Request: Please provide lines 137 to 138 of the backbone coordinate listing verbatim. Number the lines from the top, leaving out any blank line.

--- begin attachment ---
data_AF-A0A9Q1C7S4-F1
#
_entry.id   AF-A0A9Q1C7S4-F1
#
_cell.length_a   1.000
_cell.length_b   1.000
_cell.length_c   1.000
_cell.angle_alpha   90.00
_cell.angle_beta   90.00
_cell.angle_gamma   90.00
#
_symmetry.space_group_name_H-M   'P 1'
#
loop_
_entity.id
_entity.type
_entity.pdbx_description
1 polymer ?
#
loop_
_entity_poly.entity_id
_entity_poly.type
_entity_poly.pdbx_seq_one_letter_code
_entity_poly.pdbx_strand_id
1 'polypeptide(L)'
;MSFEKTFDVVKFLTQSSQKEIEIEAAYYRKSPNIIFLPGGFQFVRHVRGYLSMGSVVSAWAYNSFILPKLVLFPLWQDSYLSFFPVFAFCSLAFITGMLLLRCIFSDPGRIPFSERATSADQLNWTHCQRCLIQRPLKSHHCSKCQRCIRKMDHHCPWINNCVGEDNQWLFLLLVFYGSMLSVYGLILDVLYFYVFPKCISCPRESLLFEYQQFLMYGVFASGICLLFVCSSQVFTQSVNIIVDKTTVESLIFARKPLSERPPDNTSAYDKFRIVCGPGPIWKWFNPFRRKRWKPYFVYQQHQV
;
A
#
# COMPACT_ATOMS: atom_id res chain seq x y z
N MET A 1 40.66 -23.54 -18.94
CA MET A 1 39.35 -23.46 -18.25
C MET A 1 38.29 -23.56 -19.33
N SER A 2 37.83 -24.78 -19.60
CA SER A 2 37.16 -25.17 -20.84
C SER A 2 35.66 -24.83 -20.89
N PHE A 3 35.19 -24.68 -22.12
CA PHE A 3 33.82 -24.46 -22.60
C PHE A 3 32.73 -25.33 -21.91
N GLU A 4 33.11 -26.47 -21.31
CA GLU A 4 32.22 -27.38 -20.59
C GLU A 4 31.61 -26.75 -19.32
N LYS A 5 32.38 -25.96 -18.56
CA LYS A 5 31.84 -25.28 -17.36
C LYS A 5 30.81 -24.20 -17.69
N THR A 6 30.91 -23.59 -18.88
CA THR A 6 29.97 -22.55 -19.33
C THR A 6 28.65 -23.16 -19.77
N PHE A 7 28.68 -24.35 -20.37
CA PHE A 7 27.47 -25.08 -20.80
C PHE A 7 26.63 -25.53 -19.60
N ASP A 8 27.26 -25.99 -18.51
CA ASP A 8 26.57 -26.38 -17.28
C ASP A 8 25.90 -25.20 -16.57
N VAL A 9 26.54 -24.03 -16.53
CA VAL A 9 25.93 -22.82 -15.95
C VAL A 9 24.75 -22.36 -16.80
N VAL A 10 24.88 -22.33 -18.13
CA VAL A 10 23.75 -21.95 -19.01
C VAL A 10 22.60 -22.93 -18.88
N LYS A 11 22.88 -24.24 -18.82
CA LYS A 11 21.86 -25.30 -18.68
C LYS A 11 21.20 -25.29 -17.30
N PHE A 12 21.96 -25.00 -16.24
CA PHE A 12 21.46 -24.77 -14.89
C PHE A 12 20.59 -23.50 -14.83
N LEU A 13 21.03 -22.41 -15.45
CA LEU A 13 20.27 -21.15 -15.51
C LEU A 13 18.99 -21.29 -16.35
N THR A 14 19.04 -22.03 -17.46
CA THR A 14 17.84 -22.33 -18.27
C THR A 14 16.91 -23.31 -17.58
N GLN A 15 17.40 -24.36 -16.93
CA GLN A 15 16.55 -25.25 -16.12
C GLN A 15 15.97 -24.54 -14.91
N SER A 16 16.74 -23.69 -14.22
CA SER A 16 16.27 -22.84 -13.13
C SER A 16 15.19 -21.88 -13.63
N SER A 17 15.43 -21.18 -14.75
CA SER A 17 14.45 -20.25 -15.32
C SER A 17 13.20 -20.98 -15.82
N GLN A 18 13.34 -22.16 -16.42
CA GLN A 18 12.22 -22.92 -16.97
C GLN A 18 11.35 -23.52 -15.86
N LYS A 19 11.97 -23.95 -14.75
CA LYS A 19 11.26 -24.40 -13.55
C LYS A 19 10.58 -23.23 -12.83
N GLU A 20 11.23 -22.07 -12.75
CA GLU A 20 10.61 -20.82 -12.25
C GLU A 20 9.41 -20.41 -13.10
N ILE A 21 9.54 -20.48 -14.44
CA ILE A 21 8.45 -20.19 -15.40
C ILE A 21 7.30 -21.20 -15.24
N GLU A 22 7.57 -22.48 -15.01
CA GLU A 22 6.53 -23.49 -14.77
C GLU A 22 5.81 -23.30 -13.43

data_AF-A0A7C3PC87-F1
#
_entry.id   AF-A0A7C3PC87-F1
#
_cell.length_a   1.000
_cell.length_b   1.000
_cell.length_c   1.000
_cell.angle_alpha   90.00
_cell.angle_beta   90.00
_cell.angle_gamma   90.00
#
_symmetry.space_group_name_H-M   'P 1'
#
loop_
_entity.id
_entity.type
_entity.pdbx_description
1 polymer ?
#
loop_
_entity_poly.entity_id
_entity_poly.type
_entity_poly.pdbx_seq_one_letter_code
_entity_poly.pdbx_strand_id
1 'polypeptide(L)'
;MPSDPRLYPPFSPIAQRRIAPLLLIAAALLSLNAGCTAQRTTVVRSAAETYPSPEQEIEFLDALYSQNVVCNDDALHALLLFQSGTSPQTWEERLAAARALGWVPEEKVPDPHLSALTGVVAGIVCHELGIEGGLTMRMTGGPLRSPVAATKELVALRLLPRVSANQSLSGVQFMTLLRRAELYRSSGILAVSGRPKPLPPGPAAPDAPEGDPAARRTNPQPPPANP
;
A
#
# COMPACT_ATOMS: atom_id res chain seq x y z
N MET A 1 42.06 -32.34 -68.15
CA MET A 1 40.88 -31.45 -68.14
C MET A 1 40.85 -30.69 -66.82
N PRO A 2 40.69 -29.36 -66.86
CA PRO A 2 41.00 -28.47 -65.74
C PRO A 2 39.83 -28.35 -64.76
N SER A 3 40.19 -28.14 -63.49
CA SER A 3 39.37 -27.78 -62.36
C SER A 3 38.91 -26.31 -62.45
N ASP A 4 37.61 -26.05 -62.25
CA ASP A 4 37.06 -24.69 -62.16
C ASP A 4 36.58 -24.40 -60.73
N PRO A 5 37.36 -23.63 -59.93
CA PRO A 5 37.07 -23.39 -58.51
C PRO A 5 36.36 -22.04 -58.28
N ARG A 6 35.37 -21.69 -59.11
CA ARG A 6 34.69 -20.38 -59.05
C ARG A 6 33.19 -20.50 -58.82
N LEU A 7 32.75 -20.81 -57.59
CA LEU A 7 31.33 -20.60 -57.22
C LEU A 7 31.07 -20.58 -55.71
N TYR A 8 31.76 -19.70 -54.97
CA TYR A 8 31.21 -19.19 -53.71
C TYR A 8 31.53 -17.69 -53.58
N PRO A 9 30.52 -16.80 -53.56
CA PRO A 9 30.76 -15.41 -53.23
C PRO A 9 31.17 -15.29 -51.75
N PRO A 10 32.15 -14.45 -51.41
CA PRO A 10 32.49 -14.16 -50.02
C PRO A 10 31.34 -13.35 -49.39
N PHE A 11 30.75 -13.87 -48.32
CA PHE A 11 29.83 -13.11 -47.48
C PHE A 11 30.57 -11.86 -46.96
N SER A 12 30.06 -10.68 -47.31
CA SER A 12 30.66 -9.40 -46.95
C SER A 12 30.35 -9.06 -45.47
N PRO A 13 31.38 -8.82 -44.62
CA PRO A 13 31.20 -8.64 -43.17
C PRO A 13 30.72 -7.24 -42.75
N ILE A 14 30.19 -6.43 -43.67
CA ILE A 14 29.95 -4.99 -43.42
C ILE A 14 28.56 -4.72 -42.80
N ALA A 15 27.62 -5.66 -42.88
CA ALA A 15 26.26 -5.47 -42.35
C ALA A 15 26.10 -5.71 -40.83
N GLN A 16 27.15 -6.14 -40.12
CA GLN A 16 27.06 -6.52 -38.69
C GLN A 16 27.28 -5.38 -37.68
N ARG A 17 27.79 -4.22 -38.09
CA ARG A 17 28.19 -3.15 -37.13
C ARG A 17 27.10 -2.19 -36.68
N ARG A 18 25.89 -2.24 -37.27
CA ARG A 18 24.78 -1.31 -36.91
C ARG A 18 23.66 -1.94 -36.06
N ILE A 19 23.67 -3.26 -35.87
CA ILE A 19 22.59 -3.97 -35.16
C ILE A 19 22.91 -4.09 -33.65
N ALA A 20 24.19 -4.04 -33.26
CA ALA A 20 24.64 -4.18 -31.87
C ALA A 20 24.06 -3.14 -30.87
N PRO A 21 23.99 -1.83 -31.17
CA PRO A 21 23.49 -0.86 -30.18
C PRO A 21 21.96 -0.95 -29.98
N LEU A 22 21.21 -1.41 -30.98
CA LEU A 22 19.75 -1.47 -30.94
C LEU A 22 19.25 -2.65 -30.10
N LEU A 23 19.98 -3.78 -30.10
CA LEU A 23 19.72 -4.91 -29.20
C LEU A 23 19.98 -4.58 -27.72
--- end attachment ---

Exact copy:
CA ASP A 4 37.06 -24.69 -62.16
C ASP A 4 36.58 -24.40 -60.73